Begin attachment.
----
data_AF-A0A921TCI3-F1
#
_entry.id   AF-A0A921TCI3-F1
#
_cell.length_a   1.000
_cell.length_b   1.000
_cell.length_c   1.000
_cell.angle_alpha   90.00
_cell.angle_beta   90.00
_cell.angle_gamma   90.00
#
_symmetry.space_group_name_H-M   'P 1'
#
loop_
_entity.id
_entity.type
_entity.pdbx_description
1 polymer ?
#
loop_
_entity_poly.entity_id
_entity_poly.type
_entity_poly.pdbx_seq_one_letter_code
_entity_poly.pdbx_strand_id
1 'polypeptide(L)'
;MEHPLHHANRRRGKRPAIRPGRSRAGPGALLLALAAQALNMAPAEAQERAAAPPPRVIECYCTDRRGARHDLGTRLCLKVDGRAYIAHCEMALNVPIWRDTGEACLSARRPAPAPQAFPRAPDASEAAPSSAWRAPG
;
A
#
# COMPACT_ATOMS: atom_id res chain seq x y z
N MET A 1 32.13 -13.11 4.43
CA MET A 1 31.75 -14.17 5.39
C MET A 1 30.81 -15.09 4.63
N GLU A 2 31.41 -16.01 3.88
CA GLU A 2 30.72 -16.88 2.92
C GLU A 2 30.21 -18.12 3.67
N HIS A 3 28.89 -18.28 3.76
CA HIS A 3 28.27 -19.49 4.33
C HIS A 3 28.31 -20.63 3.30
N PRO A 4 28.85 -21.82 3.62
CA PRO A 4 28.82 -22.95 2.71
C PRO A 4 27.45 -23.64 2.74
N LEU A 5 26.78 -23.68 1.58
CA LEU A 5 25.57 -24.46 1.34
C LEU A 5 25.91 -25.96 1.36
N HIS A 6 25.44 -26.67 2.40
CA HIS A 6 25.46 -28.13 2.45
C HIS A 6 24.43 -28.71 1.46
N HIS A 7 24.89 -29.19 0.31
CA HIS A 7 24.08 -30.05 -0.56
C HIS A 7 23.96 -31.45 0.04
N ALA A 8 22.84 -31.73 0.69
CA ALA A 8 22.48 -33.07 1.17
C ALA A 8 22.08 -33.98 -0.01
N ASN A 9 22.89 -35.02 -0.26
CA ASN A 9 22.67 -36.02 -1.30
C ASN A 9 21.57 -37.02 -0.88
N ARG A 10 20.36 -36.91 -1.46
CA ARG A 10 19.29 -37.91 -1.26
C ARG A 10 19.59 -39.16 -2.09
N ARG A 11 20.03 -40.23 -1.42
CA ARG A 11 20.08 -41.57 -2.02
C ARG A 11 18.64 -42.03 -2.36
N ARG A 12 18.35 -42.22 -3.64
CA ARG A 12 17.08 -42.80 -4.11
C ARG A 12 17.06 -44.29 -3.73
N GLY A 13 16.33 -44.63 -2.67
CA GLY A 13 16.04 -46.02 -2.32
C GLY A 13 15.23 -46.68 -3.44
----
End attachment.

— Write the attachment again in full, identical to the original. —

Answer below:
data_AF-A0A921TCI3-F1
#
_entry.id   AF-A0A921TCI3-F1
#
_cell.length_a   1.000
_cell.length_b   1.000
_cell.length_c   1.000
_cell.angle_alpha   90.00
_cell.angle_beta   90.00
_cell.angle_gamma   90.00
#
_symmetry.space_group_name_H-M   'P 1'
#
loop_
_entity.id
_entity.type
_entity.pdbx_description
1 polymer ?
#
loop_
_entity_poly.entity_id
_entity_poly.type
_entity_poly.pdbx_seq_one_letter_code
_entity_poly.pdbx_strand_id
1 'polypeptide(L)'
;MEHPLHHANRRRGKRPAIRPGRSRAGPGALLLALAAQALNMAPAEAQERAAAPPPRVIECYCTDRRGARHDLGTRLCLKVDGRAYIAHCEMALNVPIWRDTGEACLSARRPAPAPQAFPRAPDASEAAPSSAWRAPG
;
A
#
# COMPACT_ATOMS: atom_id res chain seq x y z
N MET A 1 32.13 -13.11 4.43
CA MET A 1 31.75 -14.17 5.39
C MET A 1 30.81 -15.09 4.63
N GLU A 2 31.41 -16.01 3.88
CA GLU A 2 30.72 -16.88 2.92
C GLU A 2 30.21 -18.12 3.67
N HIS A 3 28.89 -18.28 3.76
CA HIS A 3 28.27 -19.49 4.33
C HIS A 3 28.31 -20.63 3.30
N PRO A 4 28.85 -21.82 3.62
CA PRO A 4 28.82 -22.95 2.71
C PRO A 4 27.45 -23.64 2.74
N LEU A 5 26.78 -23.68 1.58
CA LEU A 5 25.57 -24.46 1.34
C LEU A 5 25.91 -25.96 1.36
N HIS A 6 25.44 -26.67 2.40
CA HIS A 6 25.46 -28.13 2.45
C HIS A 6 24.43 -28.71 1.46
N HIS A 7 24.89 -29.19 0.31
CA HIS A 7 24.08 -30.05 -0.56
C HIS A 7 23.96 -31.45 0.04
N ALA A 8 22.84 -31.73 0.69
CA ALA A 8 22.48 -33.07 1.17
C ALA A 8 22.08 -33.98 -0.01
N ASN A 9 22.89 -35.02 -0.26
CA ASN A 9 22.67 -36.02 -1.30
C ASN A 9 21.57 -37.02 -0.88
N ARG A 10 20.36 -36.91 -1.46
CA ARG A 10 19.29 -37.91 -1.26
C ARG A 10 19.59 -39.16 -2.09
N ARG A 11 20.03 -40.23 -1.42
CA ARG A 11 20.08 -41.57 -2.02
C ARG A 11 18.64 -42.03 -2.36
N ARG A 12 18.35 -42.22 -3.64
CA ARG A 12 17.08 -42.80 -4.11
C ARG A 12 17.06 -44.29 -3.73
N GLY A 13 16.33 -44.63 -2.67
CA GLY A 13 16.04 -46.02 -2.32
C GLY A 13 15.23 -46.68 -3.44